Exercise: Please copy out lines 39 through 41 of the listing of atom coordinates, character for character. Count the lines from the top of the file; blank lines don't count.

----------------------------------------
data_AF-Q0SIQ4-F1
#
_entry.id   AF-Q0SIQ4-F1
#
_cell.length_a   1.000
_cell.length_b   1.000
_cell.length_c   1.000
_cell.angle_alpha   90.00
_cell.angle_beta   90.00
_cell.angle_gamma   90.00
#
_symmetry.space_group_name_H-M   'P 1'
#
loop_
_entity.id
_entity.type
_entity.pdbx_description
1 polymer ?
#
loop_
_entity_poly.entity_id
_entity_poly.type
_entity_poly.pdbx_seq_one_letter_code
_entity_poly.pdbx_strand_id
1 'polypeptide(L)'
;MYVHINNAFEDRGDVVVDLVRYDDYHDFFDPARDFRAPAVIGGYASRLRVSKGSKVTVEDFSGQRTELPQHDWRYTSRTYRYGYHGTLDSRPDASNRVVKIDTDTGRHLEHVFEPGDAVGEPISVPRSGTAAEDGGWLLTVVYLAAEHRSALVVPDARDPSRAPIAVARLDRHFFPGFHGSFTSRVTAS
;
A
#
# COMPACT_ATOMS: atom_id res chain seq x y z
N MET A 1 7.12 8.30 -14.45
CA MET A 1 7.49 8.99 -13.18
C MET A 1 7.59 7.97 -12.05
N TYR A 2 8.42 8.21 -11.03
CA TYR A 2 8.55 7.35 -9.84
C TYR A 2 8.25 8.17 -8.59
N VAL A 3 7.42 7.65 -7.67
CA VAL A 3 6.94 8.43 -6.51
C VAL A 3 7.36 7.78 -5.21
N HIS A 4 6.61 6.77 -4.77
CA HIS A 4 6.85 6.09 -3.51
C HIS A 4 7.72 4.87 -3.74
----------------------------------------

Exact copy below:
C VAL A 3 7.36 7.78 -5.21
N HIS A 4 6.61 6.77 -4.77
CA HIS A 4 6.85 6.09 -3.51